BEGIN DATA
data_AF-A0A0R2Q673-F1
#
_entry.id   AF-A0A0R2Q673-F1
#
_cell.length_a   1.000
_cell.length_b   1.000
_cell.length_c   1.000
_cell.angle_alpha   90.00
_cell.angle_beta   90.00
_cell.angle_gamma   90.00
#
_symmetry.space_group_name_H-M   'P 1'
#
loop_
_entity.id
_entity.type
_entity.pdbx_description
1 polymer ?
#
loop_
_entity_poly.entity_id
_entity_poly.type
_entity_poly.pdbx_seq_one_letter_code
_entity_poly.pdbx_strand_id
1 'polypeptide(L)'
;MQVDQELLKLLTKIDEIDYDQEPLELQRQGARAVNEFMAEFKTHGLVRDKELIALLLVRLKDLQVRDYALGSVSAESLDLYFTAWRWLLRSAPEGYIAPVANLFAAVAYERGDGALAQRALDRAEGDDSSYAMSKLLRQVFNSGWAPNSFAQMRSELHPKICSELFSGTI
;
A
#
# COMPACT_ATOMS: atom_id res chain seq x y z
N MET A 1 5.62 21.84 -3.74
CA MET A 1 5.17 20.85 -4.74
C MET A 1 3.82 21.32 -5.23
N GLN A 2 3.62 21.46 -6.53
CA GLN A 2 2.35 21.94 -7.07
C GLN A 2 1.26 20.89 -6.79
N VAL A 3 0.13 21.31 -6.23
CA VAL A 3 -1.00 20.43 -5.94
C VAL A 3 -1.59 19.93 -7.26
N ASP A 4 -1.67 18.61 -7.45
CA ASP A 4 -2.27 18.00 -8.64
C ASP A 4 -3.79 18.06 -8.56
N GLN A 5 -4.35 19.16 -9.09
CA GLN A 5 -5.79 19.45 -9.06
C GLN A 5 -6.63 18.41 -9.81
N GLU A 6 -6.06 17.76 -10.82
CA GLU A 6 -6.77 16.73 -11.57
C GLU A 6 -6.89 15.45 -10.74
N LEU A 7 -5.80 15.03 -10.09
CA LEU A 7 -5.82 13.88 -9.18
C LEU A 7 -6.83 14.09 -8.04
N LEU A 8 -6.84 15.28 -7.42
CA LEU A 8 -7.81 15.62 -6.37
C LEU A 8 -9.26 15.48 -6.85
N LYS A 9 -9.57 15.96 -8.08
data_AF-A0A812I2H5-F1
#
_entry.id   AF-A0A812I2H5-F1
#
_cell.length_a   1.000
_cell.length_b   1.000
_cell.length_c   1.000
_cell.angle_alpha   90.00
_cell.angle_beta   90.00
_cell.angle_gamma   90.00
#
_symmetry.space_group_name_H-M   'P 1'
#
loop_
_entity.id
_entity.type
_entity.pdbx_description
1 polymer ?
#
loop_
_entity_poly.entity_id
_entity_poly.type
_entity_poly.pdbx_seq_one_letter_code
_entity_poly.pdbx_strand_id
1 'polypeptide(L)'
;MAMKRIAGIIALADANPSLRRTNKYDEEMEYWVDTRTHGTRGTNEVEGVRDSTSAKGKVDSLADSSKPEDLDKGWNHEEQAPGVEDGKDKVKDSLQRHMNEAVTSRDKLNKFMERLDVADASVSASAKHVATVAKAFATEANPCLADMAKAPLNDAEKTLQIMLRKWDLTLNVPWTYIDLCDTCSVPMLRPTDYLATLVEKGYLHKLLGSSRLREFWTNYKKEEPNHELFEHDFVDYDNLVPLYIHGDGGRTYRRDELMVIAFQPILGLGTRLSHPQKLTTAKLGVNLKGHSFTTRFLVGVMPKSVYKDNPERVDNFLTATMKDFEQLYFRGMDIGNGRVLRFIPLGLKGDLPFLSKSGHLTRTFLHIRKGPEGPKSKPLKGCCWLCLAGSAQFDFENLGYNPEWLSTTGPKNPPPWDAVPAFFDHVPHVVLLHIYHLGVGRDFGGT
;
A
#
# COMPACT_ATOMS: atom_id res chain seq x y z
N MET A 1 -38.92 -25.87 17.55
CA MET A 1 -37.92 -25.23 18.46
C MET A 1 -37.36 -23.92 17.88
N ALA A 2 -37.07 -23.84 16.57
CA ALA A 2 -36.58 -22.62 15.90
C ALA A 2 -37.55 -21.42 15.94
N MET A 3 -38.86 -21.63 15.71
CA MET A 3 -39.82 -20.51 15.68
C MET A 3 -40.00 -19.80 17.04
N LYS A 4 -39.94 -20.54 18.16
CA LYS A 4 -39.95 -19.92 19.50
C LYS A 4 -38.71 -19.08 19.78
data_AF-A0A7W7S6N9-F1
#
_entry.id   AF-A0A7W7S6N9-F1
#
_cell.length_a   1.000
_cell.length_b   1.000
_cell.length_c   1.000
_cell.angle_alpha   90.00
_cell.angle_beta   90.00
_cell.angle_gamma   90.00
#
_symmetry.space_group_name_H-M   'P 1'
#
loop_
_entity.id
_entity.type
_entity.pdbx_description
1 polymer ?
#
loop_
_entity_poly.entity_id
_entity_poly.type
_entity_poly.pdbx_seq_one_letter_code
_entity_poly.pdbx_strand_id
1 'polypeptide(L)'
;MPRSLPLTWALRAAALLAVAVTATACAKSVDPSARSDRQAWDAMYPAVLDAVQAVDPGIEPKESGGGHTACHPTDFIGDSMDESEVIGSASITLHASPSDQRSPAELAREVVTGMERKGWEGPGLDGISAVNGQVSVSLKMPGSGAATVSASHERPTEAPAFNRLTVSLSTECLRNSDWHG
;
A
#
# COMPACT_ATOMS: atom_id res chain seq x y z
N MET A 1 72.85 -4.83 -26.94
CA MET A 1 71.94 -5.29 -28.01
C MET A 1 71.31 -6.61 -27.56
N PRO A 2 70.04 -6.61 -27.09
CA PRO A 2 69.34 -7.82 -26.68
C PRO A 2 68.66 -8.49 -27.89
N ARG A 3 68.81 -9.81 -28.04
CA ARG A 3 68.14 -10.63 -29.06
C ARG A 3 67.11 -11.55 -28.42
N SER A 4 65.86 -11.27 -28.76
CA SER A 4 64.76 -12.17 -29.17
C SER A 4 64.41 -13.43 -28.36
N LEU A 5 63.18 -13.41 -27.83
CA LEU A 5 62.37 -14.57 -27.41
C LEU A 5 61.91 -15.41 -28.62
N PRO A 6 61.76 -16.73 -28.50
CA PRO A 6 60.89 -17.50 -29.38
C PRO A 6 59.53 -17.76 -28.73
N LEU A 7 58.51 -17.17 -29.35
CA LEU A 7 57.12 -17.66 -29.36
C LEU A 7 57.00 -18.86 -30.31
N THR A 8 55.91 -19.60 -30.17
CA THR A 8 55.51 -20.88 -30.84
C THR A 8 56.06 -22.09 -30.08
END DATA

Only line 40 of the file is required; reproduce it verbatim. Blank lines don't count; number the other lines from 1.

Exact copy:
N ASP A 4 -1.67 18.61 -7.45